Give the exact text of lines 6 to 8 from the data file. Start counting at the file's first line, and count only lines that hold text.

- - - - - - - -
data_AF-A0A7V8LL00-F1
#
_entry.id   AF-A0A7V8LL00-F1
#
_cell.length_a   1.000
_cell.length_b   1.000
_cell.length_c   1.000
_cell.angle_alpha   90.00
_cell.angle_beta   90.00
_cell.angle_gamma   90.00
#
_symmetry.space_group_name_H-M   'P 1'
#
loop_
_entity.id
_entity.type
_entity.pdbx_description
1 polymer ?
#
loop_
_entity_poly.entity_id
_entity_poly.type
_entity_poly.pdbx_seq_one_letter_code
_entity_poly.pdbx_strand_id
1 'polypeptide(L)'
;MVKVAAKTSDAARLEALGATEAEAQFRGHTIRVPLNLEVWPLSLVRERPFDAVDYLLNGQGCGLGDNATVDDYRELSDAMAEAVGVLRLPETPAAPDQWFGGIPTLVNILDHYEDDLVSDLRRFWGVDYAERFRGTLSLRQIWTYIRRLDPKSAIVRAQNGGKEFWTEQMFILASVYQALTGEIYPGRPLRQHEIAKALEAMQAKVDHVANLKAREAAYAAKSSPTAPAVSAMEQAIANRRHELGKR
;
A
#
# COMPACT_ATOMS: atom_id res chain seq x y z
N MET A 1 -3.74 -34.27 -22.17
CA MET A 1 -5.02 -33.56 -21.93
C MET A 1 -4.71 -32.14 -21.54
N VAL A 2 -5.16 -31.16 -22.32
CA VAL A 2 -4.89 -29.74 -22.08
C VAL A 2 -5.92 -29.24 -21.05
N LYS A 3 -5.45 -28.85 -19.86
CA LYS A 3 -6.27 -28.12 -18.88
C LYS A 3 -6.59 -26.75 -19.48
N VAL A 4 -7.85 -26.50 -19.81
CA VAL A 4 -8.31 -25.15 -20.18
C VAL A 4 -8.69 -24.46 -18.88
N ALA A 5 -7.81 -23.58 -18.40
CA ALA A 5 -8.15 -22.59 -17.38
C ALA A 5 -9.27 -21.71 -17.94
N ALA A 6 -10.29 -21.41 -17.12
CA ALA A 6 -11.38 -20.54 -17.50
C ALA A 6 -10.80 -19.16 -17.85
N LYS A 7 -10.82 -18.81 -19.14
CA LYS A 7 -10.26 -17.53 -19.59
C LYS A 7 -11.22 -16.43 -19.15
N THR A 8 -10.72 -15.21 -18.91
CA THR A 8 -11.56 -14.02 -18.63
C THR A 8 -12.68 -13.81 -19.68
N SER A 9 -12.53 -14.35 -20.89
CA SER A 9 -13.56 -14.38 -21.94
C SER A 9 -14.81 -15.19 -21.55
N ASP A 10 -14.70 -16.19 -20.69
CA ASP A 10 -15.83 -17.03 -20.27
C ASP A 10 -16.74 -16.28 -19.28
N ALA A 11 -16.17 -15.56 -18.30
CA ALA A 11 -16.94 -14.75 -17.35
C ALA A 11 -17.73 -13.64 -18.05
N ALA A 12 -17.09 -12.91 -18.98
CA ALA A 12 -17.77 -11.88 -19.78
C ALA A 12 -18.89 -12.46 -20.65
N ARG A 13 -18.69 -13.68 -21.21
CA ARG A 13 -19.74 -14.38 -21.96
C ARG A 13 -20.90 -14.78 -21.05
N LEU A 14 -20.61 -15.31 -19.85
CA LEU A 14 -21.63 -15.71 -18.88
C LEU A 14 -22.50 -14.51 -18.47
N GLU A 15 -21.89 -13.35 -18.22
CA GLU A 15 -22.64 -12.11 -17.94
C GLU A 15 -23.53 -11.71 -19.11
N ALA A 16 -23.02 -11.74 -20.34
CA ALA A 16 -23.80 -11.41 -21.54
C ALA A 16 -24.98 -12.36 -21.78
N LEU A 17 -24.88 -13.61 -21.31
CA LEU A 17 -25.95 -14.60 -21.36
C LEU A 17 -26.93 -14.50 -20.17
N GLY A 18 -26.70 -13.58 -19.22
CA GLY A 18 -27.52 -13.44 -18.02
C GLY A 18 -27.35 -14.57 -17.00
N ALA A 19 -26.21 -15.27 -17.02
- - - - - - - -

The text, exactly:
_cell.length_b   1.000
_cell.length_c   1.000
_cell.angle_alpha   90.00